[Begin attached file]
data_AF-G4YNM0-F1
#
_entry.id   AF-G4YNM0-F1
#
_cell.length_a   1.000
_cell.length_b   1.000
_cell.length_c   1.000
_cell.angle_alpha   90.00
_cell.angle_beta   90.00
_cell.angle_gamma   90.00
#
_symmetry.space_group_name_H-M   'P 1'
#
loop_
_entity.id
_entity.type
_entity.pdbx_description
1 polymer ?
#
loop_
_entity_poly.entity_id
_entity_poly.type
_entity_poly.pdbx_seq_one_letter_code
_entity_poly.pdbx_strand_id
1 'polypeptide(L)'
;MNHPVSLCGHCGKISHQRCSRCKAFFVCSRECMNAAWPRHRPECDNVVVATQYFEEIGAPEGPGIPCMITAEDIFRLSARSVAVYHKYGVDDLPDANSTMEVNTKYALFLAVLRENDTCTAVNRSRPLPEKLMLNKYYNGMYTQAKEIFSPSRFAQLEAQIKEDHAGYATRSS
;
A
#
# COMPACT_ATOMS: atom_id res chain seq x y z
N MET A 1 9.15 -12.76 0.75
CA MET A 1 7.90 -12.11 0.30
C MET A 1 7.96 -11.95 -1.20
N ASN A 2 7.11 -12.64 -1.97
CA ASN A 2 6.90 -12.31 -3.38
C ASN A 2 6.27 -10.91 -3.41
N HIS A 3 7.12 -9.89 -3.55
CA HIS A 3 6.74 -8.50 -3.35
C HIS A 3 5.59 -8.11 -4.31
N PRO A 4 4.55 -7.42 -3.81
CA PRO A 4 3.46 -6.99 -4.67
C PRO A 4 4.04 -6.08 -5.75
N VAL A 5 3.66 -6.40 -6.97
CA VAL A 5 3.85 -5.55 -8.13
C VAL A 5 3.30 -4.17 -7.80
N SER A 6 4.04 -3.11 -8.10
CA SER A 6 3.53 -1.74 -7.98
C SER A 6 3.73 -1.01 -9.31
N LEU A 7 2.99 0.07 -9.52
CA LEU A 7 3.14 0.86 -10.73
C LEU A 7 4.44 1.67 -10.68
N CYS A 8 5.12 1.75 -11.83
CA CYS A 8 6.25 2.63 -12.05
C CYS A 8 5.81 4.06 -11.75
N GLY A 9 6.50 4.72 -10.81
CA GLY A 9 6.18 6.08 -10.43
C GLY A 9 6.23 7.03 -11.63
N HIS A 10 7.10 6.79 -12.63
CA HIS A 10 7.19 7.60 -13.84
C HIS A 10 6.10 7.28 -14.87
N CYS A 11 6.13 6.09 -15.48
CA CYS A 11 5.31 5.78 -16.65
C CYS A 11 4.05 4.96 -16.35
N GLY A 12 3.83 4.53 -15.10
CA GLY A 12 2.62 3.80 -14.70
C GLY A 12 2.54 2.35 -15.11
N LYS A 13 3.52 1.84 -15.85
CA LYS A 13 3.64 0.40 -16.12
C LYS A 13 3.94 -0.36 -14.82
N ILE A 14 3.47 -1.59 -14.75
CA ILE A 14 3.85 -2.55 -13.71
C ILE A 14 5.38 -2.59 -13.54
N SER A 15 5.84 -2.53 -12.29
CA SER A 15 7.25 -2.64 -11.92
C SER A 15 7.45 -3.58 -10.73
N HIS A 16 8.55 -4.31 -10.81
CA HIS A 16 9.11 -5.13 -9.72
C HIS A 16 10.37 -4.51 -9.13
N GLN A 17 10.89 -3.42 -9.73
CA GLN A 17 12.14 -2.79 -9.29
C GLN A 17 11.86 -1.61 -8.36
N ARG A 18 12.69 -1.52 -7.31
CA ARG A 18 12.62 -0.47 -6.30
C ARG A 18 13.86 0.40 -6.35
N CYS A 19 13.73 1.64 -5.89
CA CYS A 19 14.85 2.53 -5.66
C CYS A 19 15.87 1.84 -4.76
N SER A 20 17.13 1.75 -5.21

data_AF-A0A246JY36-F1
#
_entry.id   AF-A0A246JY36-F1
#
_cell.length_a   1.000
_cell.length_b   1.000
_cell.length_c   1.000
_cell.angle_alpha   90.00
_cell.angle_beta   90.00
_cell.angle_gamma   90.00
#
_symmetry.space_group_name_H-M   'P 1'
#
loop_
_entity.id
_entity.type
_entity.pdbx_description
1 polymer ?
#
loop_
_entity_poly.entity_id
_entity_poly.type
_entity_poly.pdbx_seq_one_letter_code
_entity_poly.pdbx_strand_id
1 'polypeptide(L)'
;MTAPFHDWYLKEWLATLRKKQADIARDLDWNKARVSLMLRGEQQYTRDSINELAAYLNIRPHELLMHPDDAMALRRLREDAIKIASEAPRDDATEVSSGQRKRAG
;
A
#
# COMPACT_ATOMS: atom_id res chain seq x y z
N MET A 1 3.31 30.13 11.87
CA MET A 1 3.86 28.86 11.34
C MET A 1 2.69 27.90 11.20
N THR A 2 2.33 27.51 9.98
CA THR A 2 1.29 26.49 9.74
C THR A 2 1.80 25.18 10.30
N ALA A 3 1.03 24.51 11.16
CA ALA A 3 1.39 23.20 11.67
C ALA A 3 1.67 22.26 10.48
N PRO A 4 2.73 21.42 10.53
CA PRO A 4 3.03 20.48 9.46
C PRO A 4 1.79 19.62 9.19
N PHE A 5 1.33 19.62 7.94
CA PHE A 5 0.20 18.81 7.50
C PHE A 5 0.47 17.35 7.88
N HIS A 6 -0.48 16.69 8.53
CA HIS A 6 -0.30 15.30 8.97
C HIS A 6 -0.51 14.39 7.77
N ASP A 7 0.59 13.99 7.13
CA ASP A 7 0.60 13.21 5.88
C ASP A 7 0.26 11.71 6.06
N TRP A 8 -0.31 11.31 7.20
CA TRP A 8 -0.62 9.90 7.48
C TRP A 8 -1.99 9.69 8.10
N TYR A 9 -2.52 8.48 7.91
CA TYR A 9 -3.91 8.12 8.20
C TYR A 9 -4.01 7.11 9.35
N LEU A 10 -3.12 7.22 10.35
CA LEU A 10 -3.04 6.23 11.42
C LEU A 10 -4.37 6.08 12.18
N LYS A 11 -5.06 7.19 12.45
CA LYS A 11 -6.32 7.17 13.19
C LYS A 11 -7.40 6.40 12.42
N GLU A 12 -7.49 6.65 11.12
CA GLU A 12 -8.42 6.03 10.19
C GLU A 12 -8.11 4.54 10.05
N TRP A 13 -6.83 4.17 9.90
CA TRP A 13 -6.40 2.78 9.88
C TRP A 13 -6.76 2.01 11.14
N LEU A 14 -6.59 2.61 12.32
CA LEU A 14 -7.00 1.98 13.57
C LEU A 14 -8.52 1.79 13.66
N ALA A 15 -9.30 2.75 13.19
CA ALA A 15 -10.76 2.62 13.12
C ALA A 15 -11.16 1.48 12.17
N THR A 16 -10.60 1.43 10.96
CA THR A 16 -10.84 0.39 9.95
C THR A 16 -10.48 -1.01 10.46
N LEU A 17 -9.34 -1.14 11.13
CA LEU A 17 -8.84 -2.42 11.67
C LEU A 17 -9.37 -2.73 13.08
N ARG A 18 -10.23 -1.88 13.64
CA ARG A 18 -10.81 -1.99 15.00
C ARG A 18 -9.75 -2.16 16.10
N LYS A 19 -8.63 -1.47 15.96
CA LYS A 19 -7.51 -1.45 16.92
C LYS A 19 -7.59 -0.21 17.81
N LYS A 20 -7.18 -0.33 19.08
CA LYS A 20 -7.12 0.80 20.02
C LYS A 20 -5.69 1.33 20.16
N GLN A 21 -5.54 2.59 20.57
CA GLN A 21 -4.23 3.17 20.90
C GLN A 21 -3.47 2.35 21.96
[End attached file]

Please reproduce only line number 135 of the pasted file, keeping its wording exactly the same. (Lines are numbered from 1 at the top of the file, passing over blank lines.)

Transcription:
CA HIS A 6 -0.30 15.30 8.97